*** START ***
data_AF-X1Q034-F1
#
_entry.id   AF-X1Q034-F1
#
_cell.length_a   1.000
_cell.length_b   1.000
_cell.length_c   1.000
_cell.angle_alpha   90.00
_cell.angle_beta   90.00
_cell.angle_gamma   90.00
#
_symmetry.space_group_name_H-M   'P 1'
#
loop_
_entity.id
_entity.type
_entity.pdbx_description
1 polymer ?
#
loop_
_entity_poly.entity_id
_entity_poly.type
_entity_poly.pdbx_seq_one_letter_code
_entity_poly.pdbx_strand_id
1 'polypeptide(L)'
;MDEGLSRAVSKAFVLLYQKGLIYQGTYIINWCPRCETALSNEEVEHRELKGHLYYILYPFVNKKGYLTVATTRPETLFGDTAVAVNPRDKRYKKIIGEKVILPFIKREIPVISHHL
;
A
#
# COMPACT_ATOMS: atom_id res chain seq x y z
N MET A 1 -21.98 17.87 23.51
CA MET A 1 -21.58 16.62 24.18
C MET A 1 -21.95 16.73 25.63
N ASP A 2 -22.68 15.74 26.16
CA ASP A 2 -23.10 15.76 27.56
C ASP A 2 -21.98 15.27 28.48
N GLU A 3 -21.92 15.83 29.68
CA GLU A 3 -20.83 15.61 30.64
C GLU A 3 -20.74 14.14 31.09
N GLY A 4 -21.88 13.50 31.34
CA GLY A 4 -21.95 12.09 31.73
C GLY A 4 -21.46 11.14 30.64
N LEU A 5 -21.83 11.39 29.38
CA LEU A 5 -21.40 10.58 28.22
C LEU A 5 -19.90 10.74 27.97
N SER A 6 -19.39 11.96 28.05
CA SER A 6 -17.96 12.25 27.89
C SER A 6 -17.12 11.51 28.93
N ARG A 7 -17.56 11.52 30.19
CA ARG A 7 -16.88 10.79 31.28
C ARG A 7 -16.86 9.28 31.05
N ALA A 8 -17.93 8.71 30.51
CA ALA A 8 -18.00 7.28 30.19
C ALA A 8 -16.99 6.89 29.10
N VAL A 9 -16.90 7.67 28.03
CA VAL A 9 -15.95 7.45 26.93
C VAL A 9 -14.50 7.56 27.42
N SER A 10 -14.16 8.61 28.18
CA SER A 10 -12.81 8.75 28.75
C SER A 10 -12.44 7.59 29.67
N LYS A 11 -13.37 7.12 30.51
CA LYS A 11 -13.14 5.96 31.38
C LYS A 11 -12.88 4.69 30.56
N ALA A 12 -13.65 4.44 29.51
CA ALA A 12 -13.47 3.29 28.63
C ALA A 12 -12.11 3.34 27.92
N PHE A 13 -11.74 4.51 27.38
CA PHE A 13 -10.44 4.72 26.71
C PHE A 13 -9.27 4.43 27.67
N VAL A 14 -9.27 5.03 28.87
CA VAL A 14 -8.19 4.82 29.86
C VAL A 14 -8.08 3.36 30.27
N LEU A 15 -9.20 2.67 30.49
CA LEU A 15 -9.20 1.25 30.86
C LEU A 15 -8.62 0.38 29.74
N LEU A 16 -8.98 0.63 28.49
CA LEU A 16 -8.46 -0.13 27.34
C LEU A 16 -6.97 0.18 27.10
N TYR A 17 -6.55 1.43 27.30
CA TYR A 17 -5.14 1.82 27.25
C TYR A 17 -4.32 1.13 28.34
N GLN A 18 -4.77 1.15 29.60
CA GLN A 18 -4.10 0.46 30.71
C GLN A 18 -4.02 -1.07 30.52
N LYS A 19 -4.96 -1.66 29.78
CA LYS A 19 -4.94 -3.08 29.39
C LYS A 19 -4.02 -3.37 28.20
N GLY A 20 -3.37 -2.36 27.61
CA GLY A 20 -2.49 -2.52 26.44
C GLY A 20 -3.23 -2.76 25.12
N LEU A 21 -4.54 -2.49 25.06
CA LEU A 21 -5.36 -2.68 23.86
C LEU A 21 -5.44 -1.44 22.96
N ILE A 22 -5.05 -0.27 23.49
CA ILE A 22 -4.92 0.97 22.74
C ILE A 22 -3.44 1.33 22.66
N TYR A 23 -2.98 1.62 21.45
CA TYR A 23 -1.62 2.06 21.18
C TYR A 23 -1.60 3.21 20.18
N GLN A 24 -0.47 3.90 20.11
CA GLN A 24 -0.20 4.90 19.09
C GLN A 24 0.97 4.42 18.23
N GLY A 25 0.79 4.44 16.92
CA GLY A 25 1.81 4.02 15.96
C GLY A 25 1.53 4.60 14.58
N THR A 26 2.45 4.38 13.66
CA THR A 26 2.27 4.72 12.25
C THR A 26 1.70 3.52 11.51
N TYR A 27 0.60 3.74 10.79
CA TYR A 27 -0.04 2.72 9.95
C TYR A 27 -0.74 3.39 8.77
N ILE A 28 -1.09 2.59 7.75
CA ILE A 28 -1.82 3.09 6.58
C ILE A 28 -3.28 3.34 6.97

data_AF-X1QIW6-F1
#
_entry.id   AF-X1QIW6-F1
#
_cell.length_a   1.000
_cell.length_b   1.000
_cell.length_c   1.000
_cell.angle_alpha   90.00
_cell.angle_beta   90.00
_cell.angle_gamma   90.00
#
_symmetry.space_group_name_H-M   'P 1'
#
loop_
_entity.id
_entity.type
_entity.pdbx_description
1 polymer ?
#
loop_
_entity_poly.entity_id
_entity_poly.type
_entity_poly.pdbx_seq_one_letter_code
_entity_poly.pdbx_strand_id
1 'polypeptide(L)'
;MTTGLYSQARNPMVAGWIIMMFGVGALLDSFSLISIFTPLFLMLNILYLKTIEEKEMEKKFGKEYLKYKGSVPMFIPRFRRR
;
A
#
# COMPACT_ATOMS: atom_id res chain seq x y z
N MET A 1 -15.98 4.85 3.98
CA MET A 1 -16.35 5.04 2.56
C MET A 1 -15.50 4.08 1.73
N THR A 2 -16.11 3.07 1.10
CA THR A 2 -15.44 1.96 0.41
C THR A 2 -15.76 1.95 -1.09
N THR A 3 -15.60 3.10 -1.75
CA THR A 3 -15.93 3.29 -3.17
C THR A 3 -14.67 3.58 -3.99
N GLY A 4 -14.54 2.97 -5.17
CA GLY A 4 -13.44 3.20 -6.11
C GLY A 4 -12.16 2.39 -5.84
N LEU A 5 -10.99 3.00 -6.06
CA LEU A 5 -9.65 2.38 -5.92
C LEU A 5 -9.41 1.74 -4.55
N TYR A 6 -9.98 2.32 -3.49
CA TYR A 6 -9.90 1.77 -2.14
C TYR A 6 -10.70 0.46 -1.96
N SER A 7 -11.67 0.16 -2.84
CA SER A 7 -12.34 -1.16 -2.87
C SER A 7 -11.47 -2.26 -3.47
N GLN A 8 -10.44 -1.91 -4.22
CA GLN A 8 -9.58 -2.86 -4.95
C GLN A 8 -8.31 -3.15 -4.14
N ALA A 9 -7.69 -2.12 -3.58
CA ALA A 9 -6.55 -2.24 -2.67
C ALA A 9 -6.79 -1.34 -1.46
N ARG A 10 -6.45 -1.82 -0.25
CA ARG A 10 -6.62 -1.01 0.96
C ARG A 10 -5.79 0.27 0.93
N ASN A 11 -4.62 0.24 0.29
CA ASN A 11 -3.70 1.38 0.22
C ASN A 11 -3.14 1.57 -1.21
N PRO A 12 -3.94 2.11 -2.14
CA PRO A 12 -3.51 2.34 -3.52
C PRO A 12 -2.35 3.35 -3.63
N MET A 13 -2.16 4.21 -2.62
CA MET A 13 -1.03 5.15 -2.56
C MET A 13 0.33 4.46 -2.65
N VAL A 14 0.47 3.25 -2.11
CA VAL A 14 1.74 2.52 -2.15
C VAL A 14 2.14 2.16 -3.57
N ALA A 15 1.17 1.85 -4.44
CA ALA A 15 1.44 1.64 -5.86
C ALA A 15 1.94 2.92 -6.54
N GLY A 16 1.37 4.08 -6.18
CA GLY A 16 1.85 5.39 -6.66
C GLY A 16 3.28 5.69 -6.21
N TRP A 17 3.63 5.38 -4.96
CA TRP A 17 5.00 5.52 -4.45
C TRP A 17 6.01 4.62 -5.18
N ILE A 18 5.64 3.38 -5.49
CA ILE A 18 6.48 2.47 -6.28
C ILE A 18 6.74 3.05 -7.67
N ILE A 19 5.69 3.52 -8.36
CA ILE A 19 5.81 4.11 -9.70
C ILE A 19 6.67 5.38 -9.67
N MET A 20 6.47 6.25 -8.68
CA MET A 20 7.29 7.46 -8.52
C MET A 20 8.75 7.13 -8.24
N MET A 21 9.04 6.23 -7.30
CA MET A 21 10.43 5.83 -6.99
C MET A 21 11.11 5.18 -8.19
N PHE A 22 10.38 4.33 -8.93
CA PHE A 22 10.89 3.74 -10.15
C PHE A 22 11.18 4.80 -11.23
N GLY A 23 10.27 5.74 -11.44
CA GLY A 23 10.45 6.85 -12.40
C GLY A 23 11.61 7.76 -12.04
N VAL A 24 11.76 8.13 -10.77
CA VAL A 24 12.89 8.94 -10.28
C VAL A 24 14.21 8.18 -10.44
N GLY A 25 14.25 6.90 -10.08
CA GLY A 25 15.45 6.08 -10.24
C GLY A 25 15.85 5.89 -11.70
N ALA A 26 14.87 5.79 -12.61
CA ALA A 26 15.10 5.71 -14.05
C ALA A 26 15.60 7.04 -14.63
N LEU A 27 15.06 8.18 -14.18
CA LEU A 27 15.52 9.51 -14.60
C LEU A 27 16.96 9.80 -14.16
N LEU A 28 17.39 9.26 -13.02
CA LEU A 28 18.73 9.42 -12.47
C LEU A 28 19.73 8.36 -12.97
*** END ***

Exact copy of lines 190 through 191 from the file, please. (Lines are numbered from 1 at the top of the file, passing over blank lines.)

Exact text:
N GLY A 16 1.37 4.08 -6.18
CA GLY A 16 1.85 5.39 -6.66